Unlike most other hunting stories that begin in the woods, mine starts in my basement with a few cedar boards and a wood burner.
During the summer of 2015, one of my to-dos before deer season was to create a sign for our hunt club. We wanted a sign members could pose in front of — you know, like you see on hunting TV shows and at famous outfitters around the country.
To make the sign, I connected several cedar boards, carefully traced the outline of the Slippery Hill Hunting Club logo, torched the wood for a rustic look and added an outdoor varnish for protection. With the sign completed, I anxiously awaited my opportunity to pose next to it with a nice buck.
A few months later it was opening weekend of rifle season in Talbot County, Georgia. The morning of Oct. 18 was unseasonably cool and fairly windy — no mosquitoes, even!
I settled into my stand before daylight, thinking about the previous day's trail camera check. Just after daybreak, a huge buck had cruised through where I now was sitting. Unfortunately, I'd chosen a different stand that day.
I felt I now was in the perfect spot, facing north about 25 feet up in my Summit Viper. My stand overlooked a narrow creek bottom surrounded by thick cutover. As darkness turned to daylight, the action began. To my right, I heard leaves crunch and sticks break, the very sound every hunter yearns for.
Five does came right down the creek bottom at a brisk pace, directly in front of me. I knew the rut was still a few weeks out, but I hoped the cold snap had the bucks fired up early.
"The grunts gave way to fierce snorts. I still couldn't see anything, but I knew whatever was going on in the woods was heading in my direction."
A few hours passed without further action. I heard few shots, even in the distance. I was starting to get groggy when, around 9:00 a.m., I thought I heard a faint grunt.
I sat in silence, listening for another sound. A few minutes passed, and I then heard what I knew for sure was a buck grunt — and it was closer!
The grunts gave way to fierce snorts. I still couldn't see anything, but I knew whatever was going on in the woods was heading in my direction. A flash of brown and a glimmer of antler in the sunlight were the first visual indications of a buck. The action was about 100 yards away, still in the thick stuff. Then I heard the sound we Southern hunters rarely ever hear in the wild: antlers crashing. I thought, Oh my Gosh. There are multiple bucks . . . and they're fighting.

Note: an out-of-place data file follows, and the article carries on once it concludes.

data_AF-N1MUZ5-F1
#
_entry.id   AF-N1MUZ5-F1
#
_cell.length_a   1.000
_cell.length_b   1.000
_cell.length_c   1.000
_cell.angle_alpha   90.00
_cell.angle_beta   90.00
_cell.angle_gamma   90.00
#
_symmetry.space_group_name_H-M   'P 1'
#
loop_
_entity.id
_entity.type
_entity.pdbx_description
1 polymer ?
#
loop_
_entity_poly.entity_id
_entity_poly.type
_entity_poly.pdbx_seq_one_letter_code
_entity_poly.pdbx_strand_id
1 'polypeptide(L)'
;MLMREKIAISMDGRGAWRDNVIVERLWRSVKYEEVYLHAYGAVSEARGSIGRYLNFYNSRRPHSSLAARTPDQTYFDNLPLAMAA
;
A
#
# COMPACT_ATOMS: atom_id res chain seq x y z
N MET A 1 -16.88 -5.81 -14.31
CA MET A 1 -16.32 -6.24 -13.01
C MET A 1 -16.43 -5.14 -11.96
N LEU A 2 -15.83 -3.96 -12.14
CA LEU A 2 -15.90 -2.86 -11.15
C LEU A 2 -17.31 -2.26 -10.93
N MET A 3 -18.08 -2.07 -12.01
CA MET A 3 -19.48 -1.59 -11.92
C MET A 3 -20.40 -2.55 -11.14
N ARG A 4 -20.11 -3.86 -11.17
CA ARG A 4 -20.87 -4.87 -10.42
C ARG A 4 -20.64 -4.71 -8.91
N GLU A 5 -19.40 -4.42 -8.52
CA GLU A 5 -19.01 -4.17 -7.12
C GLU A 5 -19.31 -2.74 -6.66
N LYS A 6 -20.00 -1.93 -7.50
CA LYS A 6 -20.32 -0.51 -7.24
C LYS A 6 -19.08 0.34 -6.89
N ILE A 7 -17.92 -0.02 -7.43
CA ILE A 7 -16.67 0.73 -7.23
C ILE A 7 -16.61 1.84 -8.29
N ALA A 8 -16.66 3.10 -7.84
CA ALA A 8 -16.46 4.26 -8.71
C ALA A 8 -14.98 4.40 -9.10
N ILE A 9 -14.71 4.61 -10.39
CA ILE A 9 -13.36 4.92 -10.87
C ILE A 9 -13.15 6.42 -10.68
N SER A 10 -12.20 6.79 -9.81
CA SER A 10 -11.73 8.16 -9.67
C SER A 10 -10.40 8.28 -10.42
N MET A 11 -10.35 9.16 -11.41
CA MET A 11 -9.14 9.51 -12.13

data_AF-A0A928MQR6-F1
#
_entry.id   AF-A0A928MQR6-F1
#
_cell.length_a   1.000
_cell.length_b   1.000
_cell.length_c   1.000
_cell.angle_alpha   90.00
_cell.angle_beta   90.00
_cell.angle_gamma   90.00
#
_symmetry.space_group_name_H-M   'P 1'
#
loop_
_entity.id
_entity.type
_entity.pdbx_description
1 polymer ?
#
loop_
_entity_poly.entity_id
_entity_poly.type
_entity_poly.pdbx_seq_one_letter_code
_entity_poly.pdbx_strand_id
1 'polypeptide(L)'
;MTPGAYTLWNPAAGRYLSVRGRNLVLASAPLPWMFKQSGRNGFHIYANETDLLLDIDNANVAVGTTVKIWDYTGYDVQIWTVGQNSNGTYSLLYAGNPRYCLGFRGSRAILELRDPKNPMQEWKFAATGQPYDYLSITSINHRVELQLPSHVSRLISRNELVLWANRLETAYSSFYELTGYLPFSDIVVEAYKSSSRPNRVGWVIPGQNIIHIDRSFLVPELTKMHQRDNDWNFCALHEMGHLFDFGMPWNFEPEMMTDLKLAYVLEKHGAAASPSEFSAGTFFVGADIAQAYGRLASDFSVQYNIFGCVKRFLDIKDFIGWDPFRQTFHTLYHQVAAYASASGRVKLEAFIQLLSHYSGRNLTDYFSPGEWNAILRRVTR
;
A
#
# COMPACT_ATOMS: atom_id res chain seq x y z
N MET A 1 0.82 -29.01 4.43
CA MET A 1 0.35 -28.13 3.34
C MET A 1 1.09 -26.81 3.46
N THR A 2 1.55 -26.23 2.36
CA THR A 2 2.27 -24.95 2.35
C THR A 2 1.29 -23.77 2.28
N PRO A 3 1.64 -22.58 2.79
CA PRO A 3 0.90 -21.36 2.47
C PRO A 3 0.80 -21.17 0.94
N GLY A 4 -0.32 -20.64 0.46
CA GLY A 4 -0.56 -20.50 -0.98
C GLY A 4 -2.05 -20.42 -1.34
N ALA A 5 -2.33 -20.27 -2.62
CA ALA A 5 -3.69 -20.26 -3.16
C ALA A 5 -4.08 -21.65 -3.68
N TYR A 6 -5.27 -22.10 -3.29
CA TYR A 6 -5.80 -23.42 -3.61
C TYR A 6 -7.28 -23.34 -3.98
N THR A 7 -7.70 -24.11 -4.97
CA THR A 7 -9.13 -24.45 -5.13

By that point, my adrenaline was pumping wildly. For a moment, I thought I was hunting the rut in southern Illinois or western Kentucky. No way could this be happening to a regular guy hunting in central Georgia.
Then I spotted one of the bucks. He was about 75 yards from my stand. I'd seen him on my trail camera: a mainframe 8-pointer with two abnormal points. I readied my bolt-action Remington 78 Sportsman .30-06, topped with a Redfield Revenge scope. I took a breath and squeezed the trigger. Boom!
The deer stood there for a second or two, and then proceeded to trot down the creek bottom toward my stand. Not knowing if I'd made a good shot or missed, I racked another round and made a "meh!" sound to stop him. Boom! This time he was DRT (dead right there).
Before I could even react to what had just happened, I saw the other buck, with a much bigger rack, running toward the downed buck. The bigger buck had his head lowered, neck swollen and hair standing up, as if he still were looking for a fight. Well, thanks to my .30-06, he lost that fight as he stopped right in front of my stand. He fell 10 yards from the first buck into the creek.
At this point I was shaking uncontrollably and was in no condition to climb down from my stand. I'd just killed my biggest buck to date — and then had beaten that record 10 seconds later. The second buck was a symmetrical, mainframe 10-pointer with a kicker on one of his bases.
After the dust and my nerves had settled, I realized both of my buck tags had been punched on opening weekend! As I stood over my two downed bucks, I was in awe. I then looked to the sky to thank God for what had turned out to be an amazing hunt.